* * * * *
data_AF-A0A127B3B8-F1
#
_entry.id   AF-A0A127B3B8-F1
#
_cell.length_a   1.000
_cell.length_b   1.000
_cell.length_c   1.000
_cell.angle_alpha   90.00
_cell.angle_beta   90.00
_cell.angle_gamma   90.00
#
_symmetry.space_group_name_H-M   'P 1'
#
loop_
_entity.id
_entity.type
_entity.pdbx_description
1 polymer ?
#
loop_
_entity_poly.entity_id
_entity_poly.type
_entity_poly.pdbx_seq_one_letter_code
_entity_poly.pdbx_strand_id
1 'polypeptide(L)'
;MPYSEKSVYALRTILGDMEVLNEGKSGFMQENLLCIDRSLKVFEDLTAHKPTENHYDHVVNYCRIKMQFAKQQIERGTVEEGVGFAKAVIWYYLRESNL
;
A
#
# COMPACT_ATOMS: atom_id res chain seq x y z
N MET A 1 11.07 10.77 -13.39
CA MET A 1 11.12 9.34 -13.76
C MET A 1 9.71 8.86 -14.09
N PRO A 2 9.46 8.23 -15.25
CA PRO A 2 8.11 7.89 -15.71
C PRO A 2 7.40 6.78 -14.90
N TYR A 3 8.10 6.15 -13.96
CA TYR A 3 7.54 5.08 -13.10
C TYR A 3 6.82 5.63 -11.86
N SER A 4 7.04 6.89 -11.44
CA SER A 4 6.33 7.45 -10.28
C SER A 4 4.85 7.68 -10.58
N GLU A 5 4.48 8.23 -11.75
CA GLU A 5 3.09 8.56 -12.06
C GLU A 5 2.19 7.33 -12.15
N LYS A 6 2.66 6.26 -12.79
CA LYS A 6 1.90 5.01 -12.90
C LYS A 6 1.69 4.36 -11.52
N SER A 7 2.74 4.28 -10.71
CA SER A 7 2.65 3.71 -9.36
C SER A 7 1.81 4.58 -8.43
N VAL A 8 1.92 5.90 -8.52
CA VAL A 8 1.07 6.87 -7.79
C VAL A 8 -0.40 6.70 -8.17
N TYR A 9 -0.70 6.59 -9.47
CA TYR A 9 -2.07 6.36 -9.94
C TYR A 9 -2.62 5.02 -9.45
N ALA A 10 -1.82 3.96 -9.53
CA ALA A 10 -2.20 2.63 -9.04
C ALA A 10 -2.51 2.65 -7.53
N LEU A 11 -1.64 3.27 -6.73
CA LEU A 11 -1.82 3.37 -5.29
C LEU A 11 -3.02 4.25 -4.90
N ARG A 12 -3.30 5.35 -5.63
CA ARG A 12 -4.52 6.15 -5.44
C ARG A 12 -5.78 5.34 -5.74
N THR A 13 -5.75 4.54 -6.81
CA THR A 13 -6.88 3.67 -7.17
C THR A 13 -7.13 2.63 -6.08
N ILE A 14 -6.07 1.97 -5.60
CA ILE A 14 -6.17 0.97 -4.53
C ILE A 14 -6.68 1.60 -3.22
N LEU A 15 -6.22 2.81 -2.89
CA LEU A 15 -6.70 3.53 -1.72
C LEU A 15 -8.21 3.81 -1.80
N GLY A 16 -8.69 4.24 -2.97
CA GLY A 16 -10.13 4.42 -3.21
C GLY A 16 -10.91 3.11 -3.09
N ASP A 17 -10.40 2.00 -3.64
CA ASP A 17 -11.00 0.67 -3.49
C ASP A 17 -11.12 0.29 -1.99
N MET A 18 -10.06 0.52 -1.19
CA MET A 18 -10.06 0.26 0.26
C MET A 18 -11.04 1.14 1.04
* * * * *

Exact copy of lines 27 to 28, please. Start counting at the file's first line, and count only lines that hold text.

;
A